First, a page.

Tag Archives: Maritime Strike 1890

An absence of eloqence? Australian speech in the 1890s

18 Feb

Once again I’ve been reading Don Watson’s exquisite diatribe, Death Sentence (2003). It’s an important book. It rails against the mangling of language by big companies – and even worse, the adoption of their managerial verbiage by politicians and public servants. It’s also a rollicking book. “This is a clag sandwich with the lot”, he writes after citing a particularly mealy example of corporate-speak. I laughed out loud at that one. 


Now that I’ve been reading back over reportage of the Maritime Strike of 1890 for my chapter in Crucial Moments, however, I’ve found myself questioning some of the historical arguments Watson makes. Australians were never bred to be eloquent, he says. Across our history since 1788, we’ve been taught not to enjoy the sounds of our own voices, to avoid flights of sentimentality, to shy away from verbal extravagance. At the turn of the twentieth century in particular, no animating ideals appeared on which to base a sense of Australian nationhood: ‘none at least that were articulated’.

Even a quick glance at the speeches of trade unionists during the Maritime Strike, or the histories of it written by Labor leaders over the following years, suggests that this was not always the case. Here is the New South Wales Labor leader George Black, for example, writing in 1915:

‘The magnificent loyalty of the strikers… and the splendid self-denial of their martyred wives, were equal in heroism to the undying deeds which are blazoned in the glowing pages of history’. 

And what about William Guthrie Spence, a union leader and Labor MP?:

‘The trades unionist workers – men and women – are the true heroes and heroines of the world. Their names are unrecorded in history, but their work lives after them and has given colour and force to a Movement which cannot die, but is becoming more powerful and better understood as time goes on. After all, names matter not; it is deeds that count’.

What, too, about the manifesto issued by Queensland’s Maritime Council in August 1890, calling on unionists to support a group of marine officers on strike: ‘The same spirit of union courses through their veins which thrills in ours’? 

Historian John Hirst writes about the sentimental language accompanying the ideal of federation in late 1890s Australia. We hear a lot about the pared-back prose of bush poets in this era, he says. But most Australians did not take the work of Henry Lawson or Banjo Paterson all that seriously at the time. They saw it as light and ephemeral verse, lacking ‘the nobility, the profundity, and moral elevation thought proper to poetry’. Real poetry was of the kind William Gay wrote, so high-faluted it is liable to induce altitude sickness in those unaccustomed to the style:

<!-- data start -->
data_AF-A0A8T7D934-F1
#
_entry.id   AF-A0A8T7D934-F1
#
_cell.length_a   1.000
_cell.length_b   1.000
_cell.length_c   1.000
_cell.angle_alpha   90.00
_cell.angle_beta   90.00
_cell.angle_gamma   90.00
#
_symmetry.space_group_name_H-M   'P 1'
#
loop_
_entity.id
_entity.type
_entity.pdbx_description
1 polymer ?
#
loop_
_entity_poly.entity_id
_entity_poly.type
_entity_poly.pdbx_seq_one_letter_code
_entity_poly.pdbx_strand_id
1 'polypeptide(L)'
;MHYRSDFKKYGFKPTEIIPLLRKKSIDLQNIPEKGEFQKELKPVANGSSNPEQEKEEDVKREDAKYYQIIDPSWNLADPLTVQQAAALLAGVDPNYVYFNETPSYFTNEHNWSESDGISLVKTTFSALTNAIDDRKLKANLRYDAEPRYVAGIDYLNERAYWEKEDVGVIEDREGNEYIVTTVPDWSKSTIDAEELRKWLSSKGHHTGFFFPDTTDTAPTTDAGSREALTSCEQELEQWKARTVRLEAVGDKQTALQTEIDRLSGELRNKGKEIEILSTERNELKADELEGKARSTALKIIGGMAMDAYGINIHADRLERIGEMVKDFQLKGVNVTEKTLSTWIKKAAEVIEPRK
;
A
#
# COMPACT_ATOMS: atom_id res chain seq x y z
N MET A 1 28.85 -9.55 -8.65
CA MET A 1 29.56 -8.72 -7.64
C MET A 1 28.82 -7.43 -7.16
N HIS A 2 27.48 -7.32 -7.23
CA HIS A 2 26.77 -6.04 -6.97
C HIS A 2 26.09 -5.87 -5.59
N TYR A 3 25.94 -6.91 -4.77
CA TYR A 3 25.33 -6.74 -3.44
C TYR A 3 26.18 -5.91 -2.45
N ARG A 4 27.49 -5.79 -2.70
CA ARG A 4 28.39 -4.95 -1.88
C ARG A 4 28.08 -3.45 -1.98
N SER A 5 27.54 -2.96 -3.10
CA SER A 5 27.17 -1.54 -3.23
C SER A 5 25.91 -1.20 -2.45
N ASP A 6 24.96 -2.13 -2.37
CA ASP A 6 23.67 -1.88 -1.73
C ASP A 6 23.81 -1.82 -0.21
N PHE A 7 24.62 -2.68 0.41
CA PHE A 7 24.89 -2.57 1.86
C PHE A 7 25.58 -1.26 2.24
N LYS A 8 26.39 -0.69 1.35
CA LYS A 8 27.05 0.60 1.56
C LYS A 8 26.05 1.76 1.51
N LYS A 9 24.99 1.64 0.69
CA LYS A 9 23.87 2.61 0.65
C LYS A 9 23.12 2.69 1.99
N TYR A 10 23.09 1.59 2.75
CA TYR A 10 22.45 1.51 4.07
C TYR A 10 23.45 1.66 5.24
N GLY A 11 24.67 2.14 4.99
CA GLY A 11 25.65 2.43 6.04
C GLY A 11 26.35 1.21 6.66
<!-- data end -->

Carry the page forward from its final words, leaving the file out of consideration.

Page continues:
‘From all division let our land be free / For God has made her one: complete she lies / Within the unbroken circle of the skies…

O let us rise, united, penitent / And be one people – mighty, serving God!’

So it seems that the absence of a rhetorical tradition in Australia is actually a matter of historical forgetting: more of a lack of eloquence in subsequent historians and publicists, perhaps, than at that formative time.

What if not a military language?

11 Jan


I’m currently writing a chapter for a book to be called Crucial Moments in Australian History (edited by David Roberts and Martin Crotty for UNSW Press). My “moment” is the Maritime Strike of 1890, when 60,000 unionists went on strike for a few months across a large part of Australasia.

One of the things I’m grappling with is the fact that it’s difficult to talk about the Strike without replicating the kind of military cliches beloved of labour historians. During the 1940s and beyond, the Marxist-inspired historians of Australia’s Old Left wrote about the Strike as war. Here is Brian Fitzpatrick, for example: “class warfare on the scale of 1890 … had never taken place in Australia before, and has not been repeated”.

The phrase “the sinews of war”, used by union leaders in 1890, and the command of an anti-union militiaman to “fire low and lay them out”, are quoted over and over again in the literature. Everywhere, you find the Stendhalian tints of red and black: intimations of blood, fear of after-dark violence, the treachery of the “black-legs” (non-union workers who refused to strike). And as the ever-empathetic historian Bruce Scates points out, the whole story of the Strike is skewed because it focuses on the struggles of the men at the picket-lines to the exclusion of those who scrounged for food to keep the pickets going. There are no women in the history of the Strike (except in Scates’ article, that is) – both the focus and military language of labour historians exclude them.

Having said this, I don’t want to downplay the potency of the Strike, and the sense that it was indeed cast in warlike terms among many who participated at the time. The Strike was a gripping conflict for the men and women involved. And the issues which animated them – the extent to which “freedom of contract” should replace collective bargaining by unions with employers – obviously remains pressing today.

My problem at the outset is, then: how to convey a sense of the moment of the Strike, of the effort and conviction and other passions involved, and also the urgency of the industrial issues underlying it, without falling back on the same tired vocabulary? How to find a language to describe labour conflicts which does not trundle out the same metaphors of war, and the same heroic tonality?

(See Brian Fitzpatrick, A Short History of the Australian Labour Movement; Stuart Svenson, The Sinews of War, and Bruce Scates’ chapter in Jim Hagan and Andrew Wells, eds, The Maritime Strike: A Centennial Retrospective).